1. Client-side vs. Server-side OpenAI Requests

    • We opted for server-side requests to provide a unified API for potential future LLM integrations.
    • This approach allows for enhanced authentication and usage restrictions.
    • Ensuring the OpenAI key remains secure and avoiding potential cross-site scripting attacks were key reasons for this choice.
  2. Crafting an Effective Prompt

    • Generating SQL-specific prompts for the LLM while keeping token size minimal posed a challenge.

    • We designed a prompt that conveys the necessary information while maintaining a small footprint:

      fn build_prompt(stream: &str, prompt: &str, schema_json: &str) -> String {
      r#"I have a table called {}.
      It has the columns:\n{}
      Based on this schema, generate valid SQL for the query: "{}"
      Generate only simple SQL as output. Also add comments in SQL syntax to explain your actions. Don't output anything else. If it is not possible to generate valid SQL, output an SQL comment saying so."#,
      stream, schema_json, prompt
  3. Providing Context to the LLM

    • To ensure meaningful output, we pass the column names and data types from the schema to the LLM. This approach balances effectiveness with privacy concerns.
  4. Temperature Value

    • We experimented with temperature values and found that a value of 0.7 aligns well with our instructions. Further adjustments can be made as needed.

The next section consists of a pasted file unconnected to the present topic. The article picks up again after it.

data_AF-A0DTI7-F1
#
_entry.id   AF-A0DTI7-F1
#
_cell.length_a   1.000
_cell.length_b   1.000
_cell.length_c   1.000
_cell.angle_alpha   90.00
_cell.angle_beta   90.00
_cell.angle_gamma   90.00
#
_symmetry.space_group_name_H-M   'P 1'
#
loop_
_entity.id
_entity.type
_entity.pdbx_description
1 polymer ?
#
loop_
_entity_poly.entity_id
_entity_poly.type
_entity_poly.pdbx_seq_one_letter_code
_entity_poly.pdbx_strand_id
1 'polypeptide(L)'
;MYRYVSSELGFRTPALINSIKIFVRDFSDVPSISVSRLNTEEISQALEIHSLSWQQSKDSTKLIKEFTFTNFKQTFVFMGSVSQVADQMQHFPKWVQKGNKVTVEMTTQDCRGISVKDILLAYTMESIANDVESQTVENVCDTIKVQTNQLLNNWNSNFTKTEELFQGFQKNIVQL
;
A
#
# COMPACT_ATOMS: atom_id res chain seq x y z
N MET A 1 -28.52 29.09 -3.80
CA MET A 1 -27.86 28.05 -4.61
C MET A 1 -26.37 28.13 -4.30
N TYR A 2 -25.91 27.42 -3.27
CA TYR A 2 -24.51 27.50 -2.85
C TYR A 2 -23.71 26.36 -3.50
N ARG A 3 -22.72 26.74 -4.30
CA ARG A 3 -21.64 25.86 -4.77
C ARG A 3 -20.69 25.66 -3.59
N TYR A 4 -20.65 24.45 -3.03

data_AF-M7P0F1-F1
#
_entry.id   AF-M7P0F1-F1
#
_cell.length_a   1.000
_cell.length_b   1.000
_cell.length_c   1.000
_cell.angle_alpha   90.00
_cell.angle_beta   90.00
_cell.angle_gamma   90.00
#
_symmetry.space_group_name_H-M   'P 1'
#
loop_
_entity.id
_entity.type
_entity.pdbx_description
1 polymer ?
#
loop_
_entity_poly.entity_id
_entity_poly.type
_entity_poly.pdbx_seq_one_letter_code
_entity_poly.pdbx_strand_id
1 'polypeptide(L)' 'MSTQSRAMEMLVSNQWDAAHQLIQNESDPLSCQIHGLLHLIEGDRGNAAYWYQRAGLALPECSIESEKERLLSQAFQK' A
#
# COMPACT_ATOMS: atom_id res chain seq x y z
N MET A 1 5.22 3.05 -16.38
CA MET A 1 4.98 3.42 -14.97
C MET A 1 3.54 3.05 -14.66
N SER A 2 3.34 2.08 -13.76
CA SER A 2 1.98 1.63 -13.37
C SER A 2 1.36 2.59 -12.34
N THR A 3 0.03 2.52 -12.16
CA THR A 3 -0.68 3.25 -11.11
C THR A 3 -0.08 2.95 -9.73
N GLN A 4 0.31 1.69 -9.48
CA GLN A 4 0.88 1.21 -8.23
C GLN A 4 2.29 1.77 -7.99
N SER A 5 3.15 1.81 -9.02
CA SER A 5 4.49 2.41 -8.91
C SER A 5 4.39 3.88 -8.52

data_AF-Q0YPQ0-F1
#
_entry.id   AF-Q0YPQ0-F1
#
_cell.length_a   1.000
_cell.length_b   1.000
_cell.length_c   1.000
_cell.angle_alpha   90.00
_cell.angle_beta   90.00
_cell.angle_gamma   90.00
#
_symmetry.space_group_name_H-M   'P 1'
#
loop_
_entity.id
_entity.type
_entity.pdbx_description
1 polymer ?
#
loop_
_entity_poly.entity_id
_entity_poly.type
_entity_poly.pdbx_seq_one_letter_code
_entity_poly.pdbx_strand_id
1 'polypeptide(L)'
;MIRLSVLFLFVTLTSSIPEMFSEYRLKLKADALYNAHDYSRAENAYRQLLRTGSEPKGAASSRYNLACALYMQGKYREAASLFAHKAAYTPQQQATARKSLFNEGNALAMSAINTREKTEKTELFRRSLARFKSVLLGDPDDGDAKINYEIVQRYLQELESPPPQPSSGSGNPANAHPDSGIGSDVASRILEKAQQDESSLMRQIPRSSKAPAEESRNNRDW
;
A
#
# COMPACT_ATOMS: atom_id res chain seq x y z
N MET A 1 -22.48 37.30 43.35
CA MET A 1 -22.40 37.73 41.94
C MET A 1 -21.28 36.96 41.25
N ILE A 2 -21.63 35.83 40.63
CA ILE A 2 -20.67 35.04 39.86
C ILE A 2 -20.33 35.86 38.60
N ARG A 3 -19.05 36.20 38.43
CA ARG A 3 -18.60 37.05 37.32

5. Encouraging User Validation

    • In the frontend, once the response is received, we include a message prompting users to double-check the SQL. Given Parseable's SQL editor limitations (allowing only select actions), this additional precaution enhances user safety.

Future Plans and Roadmap

For Parseable, we have exciting plans for the future:

  1. Anomaly Detection Alerts: We have plans to introduce anomaly detection algorithms that lears on log data and provide alerts when anomalous or strange behaviour appears in your data to enhance log analysis.

  2. Support for More LLMs: In addition to OpenAI, we'll explore support for other Large Language Models and self-hostable LLMs.

  3. Conversation Retrieval Chains: We're considering using Natural Language to modify generated SQL further, opening up new possibilities and even complicated queries for users.

  4. Advanced AI Queries: We may leverage Generative AI to ask complex questions directly about log data, in a chat based format, making Parseable even more versatile.

Conclusion and Afterthoughts

At Parseable, our mission is to simplify log analytics and make it accessible to all. These new features are a significant step in that direction. As an open-source project, we thrive on adaptability and welcome contributions to expand this space further!

Credits and Inspiration

  1. Supabase
  2. Langchain

Share Your Feedback and Suggestions

Do try out this cool new feature in Parseable. If you have any comments or feedbacks, do join our Slack channel, and let's start a conversation!